It has now been five years since I was first diagnosed with RA.
When my RA anniversary rolled around last year, my baby boy was only a few weeks old and APL and I were still struggling to adapt to parenthood, as all new parents do. I got a few weeks of post-pregnancy remission, but then my RA symptoms came roaring back when OZL was about seven weeks old. After three months of breastfeeding I finally reached a point where my RA was so bad I was having trouble caring for OZL on my own. It was an emotionally difficult decision for me, but I eventually switched OZL to formula so I could go back on my Enbrel and get my RA under control. Honestly I have to say that I do not regret this decision one bit. I'm proud of what we were able to accomplish: breastfeeding exclusively for three months plus frozen milk a couple times a day for another two months. But it is also absolutely true what everyone told me: motherhood is so much more. And now I can be a part of all of it.
This year I've continued to have some issues with my knee, and I may still end up requiring surgery to fix that problem. I've also had trouble with my hands and ended up needing knuckle injections. And, of course, there are all the never ending battles with insurance companies (and battles and battles and battles and battles and battles and battles...dear god why isn't there a better system?!?!?!)
Because my RA is an important aspect of our lives, our family has made it a priority to find time to stay involved with the wider arthritis community. We volunteered again at JA Family Day and we had our biggest team yet at the Jingle Bell Run. APL also participated in his first California Coast Classic, where he rode his bike 525 miles down the coast of California to raise arthritis awareness and raised almost $6,000 for the Arthritis Foundation. This blog was also named one of Healthline's 22 Best Rheumatoid Arthritis Blogs of 2012, and I was hired by Answers.com to manage their Arthritis category.
Five years ago I was a twenty-five-year-old dual degree graduate student, hell-bent on achieving all the things I thought I wanted (or thought I ought to want), but I wasn't actually sure what I wanted at all or where I was going in my life. I was working myself to the bone and I wasn't even really sure why. I had APL, and we loved each other, but we weren't particularly happy with our lives. Today I am thirty. I've had RA for five years, I've been happily married to APL for two years, and we have an incredible one year old son. We just moved into our very first house and today we are so very happy with the direction our lives are headed.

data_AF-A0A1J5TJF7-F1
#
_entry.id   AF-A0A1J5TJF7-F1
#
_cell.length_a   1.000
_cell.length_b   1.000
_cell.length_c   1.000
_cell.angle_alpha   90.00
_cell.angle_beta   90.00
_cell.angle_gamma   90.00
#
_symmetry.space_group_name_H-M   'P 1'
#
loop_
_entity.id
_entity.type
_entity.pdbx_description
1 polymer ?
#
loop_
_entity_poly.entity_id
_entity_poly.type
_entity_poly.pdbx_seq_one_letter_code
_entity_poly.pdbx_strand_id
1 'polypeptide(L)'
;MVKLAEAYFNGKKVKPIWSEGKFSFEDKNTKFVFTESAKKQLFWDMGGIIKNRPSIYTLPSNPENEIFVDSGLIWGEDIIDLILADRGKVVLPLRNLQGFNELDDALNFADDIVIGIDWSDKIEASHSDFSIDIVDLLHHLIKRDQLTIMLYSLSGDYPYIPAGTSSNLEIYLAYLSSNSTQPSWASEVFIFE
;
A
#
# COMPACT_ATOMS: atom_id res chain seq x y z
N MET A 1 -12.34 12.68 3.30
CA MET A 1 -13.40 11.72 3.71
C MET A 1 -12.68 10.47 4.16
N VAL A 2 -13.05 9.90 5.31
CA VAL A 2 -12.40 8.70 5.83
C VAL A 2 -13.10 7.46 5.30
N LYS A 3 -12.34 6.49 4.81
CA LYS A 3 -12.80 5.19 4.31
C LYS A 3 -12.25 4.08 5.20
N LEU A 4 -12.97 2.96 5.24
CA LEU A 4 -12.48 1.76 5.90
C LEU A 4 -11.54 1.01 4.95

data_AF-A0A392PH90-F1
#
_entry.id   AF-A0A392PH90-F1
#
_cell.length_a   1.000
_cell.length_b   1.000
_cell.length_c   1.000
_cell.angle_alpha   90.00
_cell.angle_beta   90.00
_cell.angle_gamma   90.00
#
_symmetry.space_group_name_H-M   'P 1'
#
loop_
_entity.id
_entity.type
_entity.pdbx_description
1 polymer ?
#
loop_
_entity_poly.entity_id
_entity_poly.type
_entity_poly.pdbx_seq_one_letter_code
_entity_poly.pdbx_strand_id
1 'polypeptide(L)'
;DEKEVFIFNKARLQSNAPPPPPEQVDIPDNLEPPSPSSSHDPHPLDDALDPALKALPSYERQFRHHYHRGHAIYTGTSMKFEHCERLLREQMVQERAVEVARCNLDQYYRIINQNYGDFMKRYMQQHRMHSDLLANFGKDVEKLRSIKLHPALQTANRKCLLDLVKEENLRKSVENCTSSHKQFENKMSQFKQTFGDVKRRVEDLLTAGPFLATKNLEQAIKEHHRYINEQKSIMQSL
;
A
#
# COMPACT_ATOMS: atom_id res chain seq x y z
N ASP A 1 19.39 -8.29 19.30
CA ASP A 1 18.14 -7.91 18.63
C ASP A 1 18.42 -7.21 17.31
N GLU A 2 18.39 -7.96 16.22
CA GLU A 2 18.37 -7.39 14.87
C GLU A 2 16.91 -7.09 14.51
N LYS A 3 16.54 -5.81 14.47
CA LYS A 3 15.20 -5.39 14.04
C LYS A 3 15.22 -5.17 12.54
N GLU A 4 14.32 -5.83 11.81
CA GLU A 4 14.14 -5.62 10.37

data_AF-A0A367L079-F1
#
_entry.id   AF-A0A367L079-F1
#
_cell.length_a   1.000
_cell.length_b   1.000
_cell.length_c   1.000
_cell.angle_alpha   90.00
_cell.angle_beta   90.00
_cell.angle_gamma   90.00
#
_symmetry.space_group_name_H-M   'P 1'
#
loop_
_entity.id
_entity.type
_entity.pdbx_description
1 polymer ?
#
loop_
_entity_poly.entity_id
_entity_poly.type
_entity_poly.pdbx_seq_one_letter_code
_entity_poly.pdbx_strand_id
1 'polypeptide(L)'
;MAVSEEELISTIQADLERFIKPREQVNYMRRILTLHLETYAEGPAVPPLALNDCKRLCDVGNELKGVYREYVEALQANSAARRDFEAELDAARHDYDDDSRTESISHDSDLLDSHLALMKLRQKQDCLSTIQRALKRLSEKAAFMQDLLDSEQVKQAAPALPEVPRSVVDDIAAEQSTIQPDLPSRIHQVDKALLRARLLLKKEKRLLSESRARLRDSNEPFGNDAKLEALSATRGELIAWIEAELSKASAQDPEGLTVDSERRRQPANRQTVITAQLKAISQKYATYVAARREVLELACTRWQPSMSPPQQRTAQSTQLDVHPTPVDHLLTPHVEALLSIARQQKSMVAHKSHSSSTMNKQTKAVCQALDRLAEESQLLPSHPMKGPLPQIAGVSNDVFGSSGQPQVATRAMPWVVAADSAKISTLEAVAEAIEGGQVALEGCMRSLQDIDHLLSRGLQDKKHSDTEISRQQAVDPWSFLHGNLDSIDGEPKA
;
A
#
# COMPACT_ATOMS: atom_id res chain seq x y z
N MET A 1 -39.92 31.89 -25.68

I will admit that being a mom with RA isn't always easy. I have certainly struggled and sometimes I still worry about how I will manage, especially as OZL grows and gets stronger and more active every day. And I'll also admit to being a little scared about the prospect of adding another child (or maybe even two?) to complete our family someday. But, honestly, it's not the same kind of fear I had when I got diagnosed with RA five years ago. That was a fear of the unknown. I was scared because it felt like my life was getting ripped out of my control. But today I realize that my life wasn't even in my control at the time anyways. I had no idea what I wanted or how to get there. But now I do, and it makes all the difference in the world.
Erm... Happy anniversary?
OK... no, seriously. My RA dx anniversary isn't one I care to celebrate either. But like it or not, it has changed me and made me more of who I am today. RA has taught me to let go, to choose what is most important, and to celebrate the smallest victories. It's ironic, isn't it? That despite all the crap that RA has brought, it is now so much a part of my life that I can't imagine where I would have ended up without it.
And you... you've taken it and owned it. You've made RA a part of your life, but in the best way possible -- by helping, supporting, and educating others. Maybe it's a gift we'd rather not have gotten, but it's here and you've made us all proud.
My RA will be five years in September. I was diagnosed shortly after my son was born. It has been a difficult journey but like you, it has been a bunch of highs and lows. I have a bad knee too and will also eventually need surgery. Living with RA and trying to have a normal life isn’t easy but nevertheless, it is still life. I agree with your statement about control. I also think it is an issue of acceptance. I don’t think we ever fully get there but we get close enough. - Lana
Mariah- I just have to thank you once more, for doing this. For being absolutley honest about it all.... Because as you know, there was not a guidebook out there for a newly diagnosed young woman who was having a child. And I am so grateful for every lesson I have learned by getting to share in your journey... and so thankful that some day, when my own JA girl is 25 - she will have your foot steps to see, to study and to guide a way. You are a wonderful role model, even though I know it was not your goal.
I really dig you guys. Another blessing that came my way because of JA:)
So awesome how far you have come and it SOOO encouraging. Thanks for sharing and letting me follow your journey! Here's hoping year five goes well.
I hope that as this five year monster gets older (and hopefully weaker) that you continue to get stronger!!!
Unrelated to your post...sorry. Just meant to say that I never get tired of seeing pictures with your smiling boy. You two even have the same eye colour? How adorable!
It is so wonderful to hear you so happy. You are so strong! Sending hugs!
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